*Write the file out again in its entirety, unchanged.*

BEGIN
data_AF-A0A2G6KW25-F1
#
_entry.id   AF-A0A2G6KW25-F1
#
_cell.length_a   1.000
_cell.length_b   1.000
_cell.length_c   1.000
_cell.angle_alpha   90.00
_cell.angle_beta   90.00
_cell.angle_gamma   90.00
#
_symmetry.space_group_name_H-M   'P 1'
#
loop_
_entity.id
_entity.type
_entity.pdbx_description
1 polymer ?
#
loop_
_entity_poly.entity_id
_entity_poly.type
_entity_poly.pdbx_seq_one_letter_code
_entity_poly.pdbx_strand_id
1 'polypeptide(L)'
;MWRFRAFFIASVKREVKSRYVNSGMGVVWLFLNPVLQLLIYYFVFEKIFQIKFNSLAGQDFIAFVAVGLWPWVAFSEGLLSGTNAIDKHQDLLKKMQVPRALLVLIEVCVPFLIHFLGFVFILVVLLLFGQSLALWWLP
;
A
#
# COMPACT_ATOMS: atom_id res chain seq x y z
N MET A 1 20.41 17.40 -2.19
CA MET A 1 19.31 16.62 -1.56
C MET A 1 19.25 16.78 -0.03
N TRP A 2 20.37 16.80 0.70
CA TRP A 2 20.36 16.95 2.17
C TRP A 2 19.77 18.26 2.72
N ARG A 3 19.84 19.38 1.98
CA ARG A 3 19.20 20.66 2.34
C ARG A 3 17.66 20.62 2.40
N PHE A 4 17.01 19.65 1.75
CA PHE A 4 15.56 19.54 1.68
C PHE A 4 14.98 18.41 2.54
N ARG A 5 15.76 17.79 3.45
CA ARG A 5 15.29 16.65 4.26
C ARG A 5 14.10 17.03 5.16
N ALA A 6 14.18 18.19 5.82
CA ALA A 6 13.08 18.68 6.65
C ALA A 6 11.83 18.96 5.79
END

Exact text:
data_AF-A0A2G6KW25-F1
#
_entry.id   AF-A0A2G6KW25-F1
#
_cell.length_a   1.000
_cell.length_b   1.000
_cell.length_c   1.000
_cell.angle_alpha   90.00
_cell.angle_beta   90.00
_cell.angle_gamma   90.00
#
_symmetry.space_group_name_H-M   'P 1'
#
loop_
_entity.id
_entity.type
_entity.pdbx_description
1 polymer ?
#
loop_
_entity_poly.entity_id
_entity_poly.type
_entity_poly.pdbx_seq_one_letter_code
_entity_poly.pdbx_strand_id
1 'polypeptide(L)'
;MWRFRAFFIASVKREVKSRYVNSGMGVVWLFLNPVLQLLIYYFVFEKIFQIKFNSLAGQDFIAFVAVGLWPWVAFSEGLLSGTNAIDKHQDLLKKMQVPRALLVLIEVCVPFLIHFLGFVFILVVLLLFGQSLALWWLP
;
A
#
# COMPACT_ATOMS: atom_id res chain seq x y z
N MET A 1 20.41 17.40 -2.19
CA MET A 1 19.31 16.62 -1.56
C MET A 1 19.25 16.78 -0.03
N TRP A 2 20.37 16.80 0.70
CA TRP A 2 20.36 16.95 2.17
C TRP A 2 19.77 18.26 2.72
N ARG A 3 19.84 19.38 1.98
CA ARG A 3 19.20 20.66 2.34
C ARG A 3 17.66 20.62 2.40
N PHE A 4 17.01 19.65 1.75
CA PHE A 4 15.56 19.54 1.68
C PHE A 4 14.98 18.41 2.54
N ARG A 5 15.76 17.79 3.45
CA ARG A 5 15.29 16.65 4.26
C ARG A 5 14.10 17.03 5.16
N ALA A 6 14.18 18.19 5.82
CA ALA A 6 13.08 18.68 6.65
C ALA A 6 11.83 18.96 5.79